National Security Council

Defining the nature, scope and authority of the National Security Council (NSC) as a fundamental constitutional agency is vital. 

The NSC should deal with all issues that can threaten or have the potential to threaten both internal and external security. The NSC should have an effective advisory role without any executive authority. The authority of execution should lie firmly with the Council of Ministers. The NSC and its associated structures should be expected to focus primarily on a multi-disciplinary approach to security issues and long- and short-term assessment of threats, challenges and opportunities.

The primary functions of the NSC should be: Making recommendations to the Council of Ministers on the mobilisation, operation and use of the Nepal Army; advising and assisting the prime minister on national security and foreign policy; serving as the prime minister’s principal arm for coordinating these policies among various government agencies.

The NSC should comprise four structures—the council, Strategic Policy Committee (SPC), National Security Advisory Board (NSAB) and NSC Secretariat (NSCS). The seven-member council will be chaired by the prime minister. The SPC should include the secretaries of all the ministries and the Chief of the General Staff of the Nepal Army, heads of the Nepal Police, Armed Police Force and National Intelligence Department. It should be the principal mechanism for inter-ministerial coordination and integration of relevant inputs in the formulation of national security policies. The chief secretary of the government should chair this group. The NSAB should comprise a nominated convener and experts in various fields. It should advise the NSC on issues of national and international security. The secretariat should be a specialised unit under the direct charge of the Prime Minister’s Office (PMO). It should be headed by the defence secretary who acts as a member secretary of the SPC. The secretariat should be staffed by personnel from all the security agencies, civil servants and experts. All the ministries and departments should consult the secretariat on matters having a bearing on national security.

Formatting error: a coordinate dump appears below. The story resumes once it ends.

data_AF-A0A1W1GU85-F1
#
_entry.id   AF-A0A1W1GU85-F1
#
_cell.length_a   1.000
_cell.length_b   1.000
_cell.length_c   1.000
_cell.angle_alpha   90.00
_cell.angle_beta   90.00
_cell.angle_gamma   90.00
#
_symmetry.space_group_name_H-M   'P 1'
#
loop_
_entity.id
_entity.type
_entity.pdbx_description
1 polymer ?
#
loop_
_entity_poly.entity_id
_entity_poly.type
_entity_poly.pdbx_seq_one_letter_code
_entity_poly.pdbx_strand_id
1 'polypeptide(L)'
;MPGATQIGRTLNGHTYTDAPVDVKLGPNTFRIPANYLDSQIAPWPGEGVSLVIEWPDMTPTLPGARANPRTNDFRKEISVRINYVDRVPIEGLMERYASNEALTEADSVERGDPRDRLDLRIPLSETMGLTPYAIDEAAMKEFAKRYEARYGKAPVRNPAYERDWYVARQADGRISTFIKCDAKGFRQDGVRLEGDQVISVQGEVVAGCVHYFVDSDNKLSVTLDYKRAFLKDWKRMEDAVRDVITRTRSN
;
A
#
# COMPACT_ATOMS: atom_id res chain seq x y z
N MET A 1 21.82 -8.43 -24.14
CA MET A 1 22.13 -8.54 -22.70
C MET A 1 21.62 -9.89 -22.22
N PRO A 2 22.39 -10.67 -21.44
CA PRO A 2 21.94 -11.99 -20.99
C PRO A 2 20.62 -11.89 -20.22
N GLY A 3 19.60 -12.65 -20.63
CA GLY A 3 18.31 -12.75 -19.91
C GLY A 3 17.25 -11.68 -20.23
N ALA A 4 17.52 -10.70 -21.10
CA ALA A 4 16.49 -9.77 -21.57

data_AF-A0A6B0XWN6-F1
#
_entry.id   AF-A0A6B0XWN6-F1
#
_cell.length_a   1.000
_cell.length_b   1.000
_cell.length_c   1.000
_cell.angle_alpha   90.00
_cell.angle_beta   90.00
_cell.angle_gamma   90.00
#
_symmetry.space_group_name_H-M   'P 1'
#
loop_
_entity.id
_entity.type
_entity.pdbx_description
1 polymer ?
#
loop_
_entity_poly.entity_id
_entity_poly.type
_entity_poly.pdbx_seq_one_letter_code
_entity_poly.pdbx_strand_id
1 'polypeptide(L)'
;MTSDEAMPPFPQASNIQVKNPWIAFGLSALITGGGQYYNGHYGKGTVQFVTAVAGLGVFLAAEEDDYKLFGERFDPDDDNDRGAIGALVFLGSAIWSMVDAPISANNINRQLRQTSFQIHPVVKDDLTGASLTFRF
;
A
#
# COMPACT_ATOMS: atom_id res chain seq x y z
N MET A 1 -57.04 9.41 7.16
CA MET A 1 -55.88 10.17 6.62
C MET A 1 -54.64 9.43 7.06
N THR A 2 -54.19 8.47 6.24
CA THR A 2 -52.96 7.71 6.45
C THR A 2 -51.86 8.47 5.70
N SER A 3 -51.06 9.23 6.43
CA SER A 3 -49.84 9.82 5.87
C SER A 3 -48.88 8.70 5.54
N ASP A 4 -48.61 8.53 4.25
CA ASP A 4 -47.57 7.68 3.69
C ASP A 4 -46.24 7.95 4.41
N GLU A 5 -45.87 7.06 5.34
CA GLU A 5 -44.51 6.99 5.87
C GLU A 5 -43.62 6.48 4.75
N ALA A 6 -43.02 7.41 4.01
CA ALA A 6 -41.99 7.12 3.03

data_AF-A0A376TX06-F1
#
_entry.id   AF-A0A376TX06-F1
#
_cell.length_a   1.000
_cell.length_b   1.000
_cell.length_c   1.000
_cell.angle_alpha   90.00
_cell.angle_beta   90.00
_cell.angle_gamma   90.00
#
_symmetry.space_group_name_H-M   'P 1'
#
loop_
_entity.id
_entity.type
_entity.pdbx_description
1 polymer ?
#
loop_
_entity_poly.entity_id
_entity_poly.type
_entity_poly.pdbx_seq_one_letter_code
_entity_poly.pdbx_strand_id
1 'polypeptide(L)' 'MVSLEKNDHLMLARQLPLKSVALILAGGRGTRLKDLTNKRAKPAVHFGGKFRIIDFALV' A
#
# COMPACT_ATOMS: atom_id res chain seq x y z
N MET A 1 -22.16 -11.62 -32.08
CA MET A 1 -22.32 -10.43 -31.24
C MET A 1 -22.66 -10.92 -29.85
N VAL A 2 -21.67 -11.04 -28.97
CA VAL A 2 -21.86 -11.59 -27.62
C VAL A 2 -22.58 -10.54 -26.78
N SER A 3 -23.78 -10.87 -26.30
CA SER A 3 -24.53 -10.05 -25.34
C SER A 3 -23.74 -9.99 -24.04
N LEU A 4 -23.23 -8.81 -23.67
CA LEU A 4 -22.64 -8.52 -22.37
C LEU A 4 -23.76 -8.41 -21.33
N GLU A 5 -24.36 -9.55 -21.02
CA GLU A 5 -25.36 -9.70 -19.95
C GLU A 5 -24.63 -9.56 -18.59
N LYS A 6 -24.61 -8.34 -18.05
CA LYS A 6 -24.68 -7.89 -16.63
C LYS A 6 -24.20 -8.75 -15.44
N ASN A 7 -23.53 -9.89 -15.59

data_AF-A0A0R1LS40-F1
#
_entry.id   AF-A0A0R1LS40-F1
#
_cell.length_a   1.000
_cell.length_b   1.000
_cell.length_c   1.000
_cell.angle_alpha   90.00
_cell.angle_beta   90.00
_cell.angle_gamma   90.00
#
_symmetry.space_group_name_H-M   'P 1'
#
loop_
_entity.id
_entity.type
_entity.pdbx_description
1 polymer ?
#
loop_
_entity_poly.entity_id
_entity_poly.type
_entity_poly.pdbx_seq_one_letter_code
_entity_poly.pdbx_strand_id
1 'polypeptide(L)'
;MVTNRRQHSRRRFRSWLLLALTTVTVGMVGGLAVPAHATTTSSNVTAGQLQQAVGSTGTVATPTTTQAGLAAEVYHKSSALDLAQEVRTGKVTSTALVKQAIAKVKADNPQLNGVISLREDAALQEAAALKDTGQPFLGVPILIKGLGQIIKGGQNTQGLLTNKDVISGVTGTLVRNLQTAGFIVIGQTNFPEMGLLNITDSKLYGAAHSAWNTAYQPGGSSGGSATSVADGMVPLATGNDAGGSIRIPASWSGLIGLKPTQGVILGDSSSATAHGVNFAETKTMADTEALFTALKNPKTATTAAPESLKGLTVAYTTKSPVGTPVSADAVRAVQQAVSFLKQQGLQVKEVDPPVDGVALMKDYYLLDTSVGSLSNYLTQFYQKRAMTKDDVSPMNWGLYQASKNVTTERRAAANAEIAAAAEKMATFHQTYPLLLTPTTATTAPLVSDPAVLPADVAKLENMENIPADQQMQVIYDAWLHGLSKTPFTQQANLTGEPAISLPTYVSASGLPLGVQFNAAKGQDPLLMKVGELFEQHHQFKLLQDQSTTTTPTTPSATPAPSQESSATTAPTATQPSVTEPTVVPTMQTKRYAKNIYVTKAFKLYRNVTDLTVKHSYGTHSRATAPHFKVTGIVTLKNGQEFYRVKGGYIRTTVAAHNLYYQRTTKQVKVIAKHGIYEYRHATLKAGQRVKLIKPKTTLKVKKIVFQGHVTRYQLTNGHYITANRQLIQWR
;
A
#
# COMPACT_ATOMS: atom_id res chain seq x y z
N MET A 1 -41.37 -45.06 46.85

Peaceful and prosperous Nepal

The NSC will not only act during emergencies but every day on a wide range of security issues. Consensus, especially among the political forces, is the only way forward. The security challenges that may arise from diversity and poverty must be addressed at the earliest to fulfil public aspirations that can be defined as peace, harmony, economic activities, opportunity, political rights to marginalised groups, justice to all, prosperity, equality and employment. An adaptable and comprehensive security architecture that balances the domestic interests is needed to face the future national security challenges. Protecting national unity, political independence, territorial integrity and sovereignty is a vital responsibility of the political forces. Political determination to create an environment conducive to economic development and opportunities for the underprivileged will pave the way for a peaceful, prosperous and harmonious Nepal.

Basnyat is a retired Nepal Army Major General and holds an MPhil in defence and strategic studies

Published: 20-05-2016 08:35